by Andru McCracken

The Valemount Community Forest Corporation (VCF) is seeking to restructure itself, which would split its forestry activities inside Village boundaries from its land use activities outside.

VCF has been owned by the Village of Valemount, but there is a proposal to transfer some of its assets to a new corporation called Valemount Economic Development Corporation and to establish two new Limited Partnerships.

According to Craig Pryor, manager of the Valemount Community Forest, the idea is to insulate the Village of Valemount from liability and to free the community forest from tax implications.

VCF is currently a tax-exempt corporation because it is owned by the Village of Valemount and earns at least 90 per cent of its income from sources within municipal boundaries, according to a letter to the Village from Lidstone & Company Barristers and Solicitors. But the legal company says the community forest’s acquisition of forestry tenures and industrial lands outside the boundaries of Valemount threaten its income tax-exempt status by potentially increasing the income it earns from assets located outside municipal boundaries to more than 10 per cent of its total income.

The legal firm notes that, in the restructured scenario, almost all of the income from VCF and the new corporation will flow through to the Village of Valemount and not be subject to income taxation.

New revenue flowing to VCF in recent years includes income generated from leasing out land in their Cedarside Industrial Park to tenants such as Cedar Valley Specialty Cuts and others.

“Now that we have these industrial lands, we have leases with Kinder Morgan, Dunkley, CANFOR and the Valemount Stone Company. We’re starting to get some income from this thing,” he said.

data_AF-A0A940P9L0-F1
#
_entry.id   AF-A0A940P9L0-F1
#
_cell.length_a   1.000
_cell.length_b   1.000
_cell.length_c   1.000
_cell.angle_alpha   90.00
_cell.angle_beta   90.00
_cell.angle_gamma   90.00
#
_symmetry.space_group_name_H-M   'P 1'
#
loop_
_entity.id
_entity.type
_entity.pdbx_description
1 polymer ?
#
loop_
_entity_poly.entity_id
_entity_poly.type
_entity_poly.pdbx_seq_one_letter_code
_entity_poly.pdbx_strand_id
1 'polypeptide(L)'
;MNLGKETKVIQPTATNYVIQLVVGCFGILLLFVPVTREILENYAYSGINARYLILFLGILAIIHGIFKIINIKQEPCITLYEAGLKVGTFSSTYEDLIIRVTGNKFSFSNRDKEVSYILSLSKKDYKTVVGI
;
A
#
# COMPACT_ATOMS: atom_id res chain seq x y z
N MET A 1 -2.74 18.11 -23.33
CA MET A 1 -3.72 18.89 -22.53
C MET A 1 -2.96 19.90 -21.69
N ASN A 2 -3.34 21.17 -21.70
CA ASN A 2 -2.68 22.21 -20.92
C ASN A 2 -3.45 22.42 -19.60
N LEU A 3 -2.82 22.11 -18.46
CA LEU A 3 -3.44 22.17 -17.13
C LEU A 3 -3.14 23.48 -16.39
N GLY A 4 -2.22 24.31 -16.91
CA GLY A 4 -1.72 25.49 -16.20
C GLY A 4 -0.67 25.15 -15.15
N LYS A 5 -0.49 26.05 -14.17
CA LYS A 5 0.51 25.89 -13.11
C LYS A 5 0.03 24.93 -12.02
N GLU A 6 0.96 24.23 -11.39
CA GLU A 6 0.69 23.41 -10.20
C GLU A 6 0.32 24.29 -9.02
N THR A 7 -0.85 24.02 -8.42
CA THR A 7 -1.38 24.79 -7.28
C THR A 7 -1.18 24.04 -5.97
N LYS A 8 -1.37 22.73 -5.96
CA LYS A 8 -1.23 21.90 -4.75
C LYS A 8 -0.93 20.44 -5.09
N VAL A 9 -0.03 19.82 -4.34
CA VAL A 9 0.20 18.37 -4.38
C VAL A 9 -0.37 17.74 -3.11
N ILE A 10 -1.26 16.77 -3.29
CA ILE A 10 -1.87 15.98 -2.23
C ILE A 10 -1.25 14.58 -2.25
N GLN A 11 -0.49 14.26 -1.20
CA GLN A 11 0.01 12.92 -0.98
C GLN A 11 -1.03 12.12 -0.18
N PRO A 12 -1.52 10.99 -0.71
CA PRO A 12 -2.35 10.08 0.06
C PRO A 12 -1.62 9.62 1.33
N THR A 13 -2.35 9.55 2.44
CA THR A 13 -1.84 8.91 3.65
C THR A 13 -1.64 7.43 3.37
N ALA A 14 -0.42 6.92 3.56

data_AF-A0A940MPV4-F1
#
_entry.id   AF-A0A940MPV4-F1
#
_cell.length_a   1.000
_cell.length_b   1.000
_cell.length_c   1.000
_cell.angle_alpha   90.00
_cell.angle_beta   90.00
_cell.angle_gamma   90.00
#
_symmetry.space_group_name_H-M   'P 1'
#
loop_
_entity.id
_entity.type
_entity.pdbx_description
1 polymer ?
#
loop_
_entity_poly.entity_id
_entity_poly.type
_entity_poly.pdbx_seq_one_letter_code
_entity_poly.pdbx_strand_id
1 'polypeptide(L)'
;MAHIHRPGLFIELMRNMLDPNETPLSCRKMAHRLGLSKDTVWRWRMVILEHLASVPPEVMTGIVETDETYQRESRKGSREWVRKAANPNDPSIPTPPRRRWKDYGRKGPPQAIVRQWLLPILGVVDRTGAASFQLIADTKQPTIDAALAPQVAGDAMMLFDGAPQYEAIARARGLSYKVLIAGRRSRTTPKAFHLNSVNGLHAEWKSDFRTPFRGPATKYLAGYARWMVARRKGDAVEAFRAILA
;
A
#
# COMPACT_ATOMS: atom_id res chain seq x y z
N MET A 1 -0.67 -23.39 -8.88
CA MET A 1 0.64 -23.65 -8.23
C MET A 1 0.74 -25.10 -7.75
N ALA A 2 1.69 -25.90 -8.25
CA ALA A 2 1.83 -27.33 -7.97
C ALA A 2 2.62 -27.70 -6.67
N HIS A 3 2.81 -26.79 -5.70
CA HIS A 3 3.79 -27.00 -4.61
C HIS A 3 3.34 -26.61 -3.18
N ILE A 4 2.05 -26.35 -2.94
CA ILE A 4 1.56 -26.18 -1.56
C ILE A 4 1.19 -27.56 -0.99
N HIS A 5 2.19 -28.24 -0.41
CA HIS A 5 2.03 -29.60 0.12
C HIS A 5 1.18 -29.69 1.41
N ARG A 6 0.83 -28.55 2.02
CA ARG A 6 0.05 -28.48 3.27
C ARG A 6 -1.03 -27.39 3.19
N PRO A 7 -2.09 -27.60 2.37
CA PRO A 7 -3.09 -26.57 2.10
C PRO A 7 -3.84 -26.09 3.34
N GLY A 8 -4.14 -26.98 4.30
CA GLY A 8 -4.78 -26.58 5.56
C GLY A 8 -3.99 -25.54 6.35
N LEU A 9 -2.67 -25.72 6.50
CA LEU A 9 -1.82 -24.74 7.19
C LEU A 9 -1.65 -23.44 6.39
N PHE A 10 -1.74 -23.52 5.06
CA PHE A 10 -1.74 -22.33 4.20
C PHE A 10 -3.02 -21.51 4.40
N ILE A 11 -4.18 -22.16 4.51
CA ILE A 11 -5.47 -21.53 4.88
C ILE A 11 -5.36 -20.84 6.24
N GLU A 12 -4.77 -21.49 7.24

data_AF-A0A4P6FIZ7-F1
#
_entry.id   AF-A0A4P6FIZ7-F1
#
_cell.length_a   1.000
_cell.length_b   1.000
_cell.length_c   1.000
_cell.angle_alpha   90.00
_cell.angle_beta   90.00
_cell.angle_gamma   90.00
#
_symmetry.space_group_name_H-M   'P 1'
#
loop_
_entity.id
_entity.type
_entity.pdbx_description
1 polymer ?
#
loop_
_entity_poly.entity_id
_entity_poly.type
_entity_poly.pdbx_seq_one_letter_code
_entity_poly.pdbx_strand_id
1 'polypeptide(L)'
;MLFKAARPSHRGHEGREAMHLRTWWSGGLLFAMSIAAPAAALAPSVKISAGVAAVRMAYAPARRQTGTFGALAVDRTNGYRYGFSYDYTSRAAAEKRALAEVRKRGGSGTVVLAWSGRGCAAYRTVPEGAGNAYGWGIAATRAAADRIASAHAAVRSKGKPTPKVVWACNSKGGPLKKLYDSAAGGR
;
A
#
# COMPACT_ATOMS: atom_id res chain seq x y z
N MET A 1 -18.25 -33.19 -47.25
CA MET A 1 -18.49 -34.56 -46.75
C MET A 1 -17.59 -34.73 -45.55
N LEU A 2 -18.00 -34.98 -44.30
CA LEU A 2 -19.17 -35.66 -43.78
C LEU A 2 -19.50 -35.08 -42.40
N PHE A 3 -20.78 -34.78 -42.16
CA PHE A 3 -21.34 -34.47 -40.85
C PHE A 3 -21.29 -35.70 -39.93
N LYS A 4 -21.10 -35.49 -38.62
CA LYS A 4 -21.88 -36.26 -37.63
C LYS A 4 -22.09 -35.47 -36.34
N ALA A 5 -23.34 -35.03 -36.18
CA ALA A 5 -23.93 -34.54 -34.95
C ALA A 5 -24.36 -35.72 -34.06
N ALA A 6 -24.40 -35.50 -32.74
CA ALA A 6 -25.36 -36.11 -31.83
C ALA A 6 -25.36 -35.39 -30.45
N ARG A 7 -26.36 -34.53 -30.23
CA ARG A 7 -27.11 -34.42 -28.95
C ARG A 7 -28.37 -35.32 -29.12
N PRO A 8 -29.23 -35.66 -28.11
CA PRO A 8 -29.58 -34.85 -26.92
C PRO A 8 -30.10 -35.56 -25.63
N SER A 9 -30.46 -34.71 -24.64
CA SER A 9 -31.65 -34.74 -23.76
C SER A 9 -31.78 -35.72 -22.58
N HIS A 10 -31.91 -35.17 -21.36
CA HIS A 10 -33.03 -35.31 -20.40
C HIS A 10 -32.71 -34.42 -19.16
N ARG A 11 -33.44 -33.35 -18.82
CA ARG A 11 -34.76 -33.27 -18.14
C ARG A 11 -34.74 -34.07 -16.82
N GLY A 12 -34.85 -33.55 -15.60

Pryor said revenues not directly tied to the community forest license are growing and that will have tax implications if not managed correctly.

The diversification is good from an economic standpoint, but without changes it could leave the Village on the hook if something goes south.

Pryor said the new configuration will isolate the village from liability.

“As we get bigger and sign deals, the liability grows,” he said. “If there is an accident at the community forest and someone gets hurt, or if a business deal goes sideways.”

Pryor said in the new regime the Village would still choose who sits on the Community Forest board, but councillors would no longer sit on the board.

“Currently there are two village councillors and the economic development officer making board decisions and putting forth thoughts and ideas”¦ that would make the Village liable,” Pryor said.

Pryor said the they are having a meeting Thurs. April 5th 7pm at the Visitor Info Centre to inform the public.

“We want to tell everyone what were doing,” he said.

Also, because the companies would belong to the Village of Valemount, he said it wouldn’t be approved without public consultation.

Pryor said a lawyer and a tax specialist will be on hand at the meeting to answer tough technical questions from concerned citizens.

In the Village of Valemount’s Consolidated Financial Statements for the year 2017, the Valemount Community Forest Company Ltd showed revenues of $8,737,158 and expenses of $7,589,175, with $1,147,983 left over. That’s up from $368,974 in 2016.